Covered Speech: A-
Anti-SLAPP Procedures: A
Covered Speech: 90 out of 100 points
Anti-SLAPP Procedures: 98 out of 100 points
Detailed Scoring on Anti-SLAPP Procedures  
Suspension of Court Proceedings Upon an Anti-SLAPP Motion: 18 of 20 points
Burden of Proof on Plaintiff to Defeat an Anti-SLAPP Motion: 12 of 12 points
Right to an Immediate Appeal: 25 of 25 points
Award of Costs and Attorney Fees: 40 of 40 points
Expansive Statutory Interpretation Instruction to Courts: 3 of 3 points

State Anti-SLAPP Statute

Texas’s anti-SLAPP statute[1] protects the exercise of the right of free speech, right to petition, and the right to association, as well as the exercise of various kinds of communication generally; the statute defines those terms broadly and extensively. However, the statute also carves out several content-related exemptions from the broad principles stated above, such as those related to selling or leasing goods and services. Although discovery is suspended once an anti-SLAPP motion is filed, a court may nonetheless order specified discovery to be conducted if good cause is shown. To prevail against an anti-SLAPP motion, the respondent must show by clear and specific evidence a prima facie case for each essential element of the claim. The anti-SLAPP statute provides for an interlocutory appeal of an order on an anti-SLAPP motion; if a court does not rule on the motion by a specified deadline, the statute treats this inaction as a denial of the motion, which itself triggers the right to an interlocutory appeal. A court must award costs and attorney fees to the prevailing movant on an anti-SLAPP motion; conversely, if the court finds that the motion is frivolous or solely intended to delay, it may award costs and attorney fees to the respondent. In general, the statute instructs courts that its language “shall be construed liberally to effectuate its purpose and intent.”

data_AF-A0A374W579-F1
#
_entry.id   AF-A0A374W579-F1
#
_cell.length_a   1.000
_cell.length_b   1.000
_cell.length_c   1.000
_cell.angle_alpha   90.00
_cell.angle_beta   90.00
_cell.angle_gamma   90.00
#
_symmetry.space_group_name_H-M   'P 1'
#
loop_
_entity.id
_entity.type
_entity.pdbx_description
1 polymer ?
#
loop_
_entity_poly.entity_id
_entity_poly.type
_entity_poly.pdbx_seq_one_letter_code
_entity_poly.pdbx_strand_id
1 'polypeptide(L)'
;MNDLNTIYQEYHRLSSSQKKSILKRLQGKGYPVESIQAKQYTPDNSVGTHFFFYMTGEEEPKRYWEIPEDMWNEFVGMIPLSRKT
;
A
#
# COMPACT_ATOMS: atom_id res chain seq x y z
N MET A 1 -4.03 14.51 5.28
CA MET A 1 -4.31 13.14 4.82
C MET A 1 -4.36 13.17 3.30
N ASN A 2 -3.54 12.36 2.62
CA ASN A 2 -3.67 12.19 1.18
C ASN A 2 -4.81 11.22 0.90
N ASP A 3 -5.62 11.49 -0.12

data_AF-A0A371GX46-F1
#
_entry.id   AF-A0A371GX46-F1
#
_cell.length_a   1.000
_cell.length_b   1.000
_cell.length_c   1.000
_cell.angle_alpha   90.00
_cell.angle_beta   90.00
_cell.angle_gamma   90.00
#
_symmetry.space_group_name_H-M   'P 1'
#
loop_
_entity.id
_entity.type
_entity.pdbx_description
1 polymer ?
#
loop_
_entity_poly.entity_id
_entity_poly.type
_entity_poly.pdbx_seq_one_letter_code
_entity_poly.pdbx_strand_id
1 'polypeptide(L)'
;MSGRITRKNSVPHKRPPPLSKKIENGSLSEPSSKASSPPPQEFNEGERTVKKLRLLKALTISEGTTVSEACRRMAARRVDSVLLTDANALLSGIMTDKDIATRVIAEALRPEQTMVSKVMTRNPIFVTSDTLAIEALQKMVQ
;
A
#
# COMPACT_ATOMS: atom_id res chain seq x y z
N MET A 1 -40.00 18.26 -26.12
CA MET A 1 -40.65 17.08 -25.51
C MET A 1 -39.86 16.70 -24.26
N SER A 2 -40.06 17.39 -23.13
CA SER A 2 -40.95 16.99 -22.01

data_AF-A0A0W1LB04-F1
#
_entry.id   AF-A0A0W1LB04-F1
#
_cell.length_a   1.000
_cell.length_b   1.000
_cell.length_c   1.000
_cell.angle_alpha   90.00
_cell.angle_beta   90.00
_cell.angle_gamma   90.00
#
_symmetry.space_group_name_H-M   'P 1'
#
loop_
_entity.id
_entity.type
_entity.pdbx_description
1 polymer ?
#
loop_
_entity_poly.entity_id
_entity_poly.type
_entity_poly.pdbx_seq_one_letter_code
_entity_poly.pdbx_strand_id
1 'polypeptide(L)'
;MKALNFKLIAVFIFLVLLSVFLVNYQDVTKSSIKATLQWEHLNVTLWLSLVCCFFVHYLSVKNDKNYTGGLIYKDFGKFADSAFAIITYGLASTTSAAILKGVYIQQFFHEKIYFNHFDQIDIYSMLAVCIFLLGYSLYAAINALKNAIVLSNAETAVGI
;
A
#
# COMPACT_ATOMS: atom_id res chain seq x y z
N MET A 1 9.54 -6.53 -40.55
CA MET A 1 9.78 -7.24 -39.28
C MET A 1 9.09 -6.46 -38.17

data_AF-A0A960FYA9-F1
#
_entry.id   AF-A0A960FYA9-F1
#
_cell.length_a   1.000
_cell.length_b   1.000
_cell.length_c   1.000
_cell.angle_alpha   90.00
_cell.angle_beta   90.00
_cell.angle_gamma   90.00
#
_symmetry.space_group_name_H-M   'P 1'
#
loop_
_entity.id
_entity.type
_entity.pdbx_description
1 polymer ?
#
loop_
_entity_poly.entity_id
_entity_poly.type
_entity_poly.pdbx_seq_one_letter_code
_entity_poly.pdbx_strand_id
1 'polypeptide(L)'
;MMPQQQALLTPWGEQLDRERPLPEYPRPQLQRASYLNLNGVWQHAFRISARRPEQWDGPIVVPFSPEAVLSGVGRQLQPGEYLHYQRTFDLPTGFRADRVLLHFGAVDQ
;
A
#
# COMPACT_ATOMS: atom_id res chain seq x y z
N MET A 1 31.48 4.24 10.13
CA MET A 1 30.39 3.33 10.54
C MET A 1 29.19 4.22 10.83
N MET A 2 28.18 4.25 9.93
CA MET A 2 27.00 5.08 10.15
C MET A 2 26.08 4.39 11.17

[1] Tex. Civ. Prac. & Rem. Code § 27.001 through § 27.011.

Dan Greenberg, David Keating, & Helen Knowles-Gardner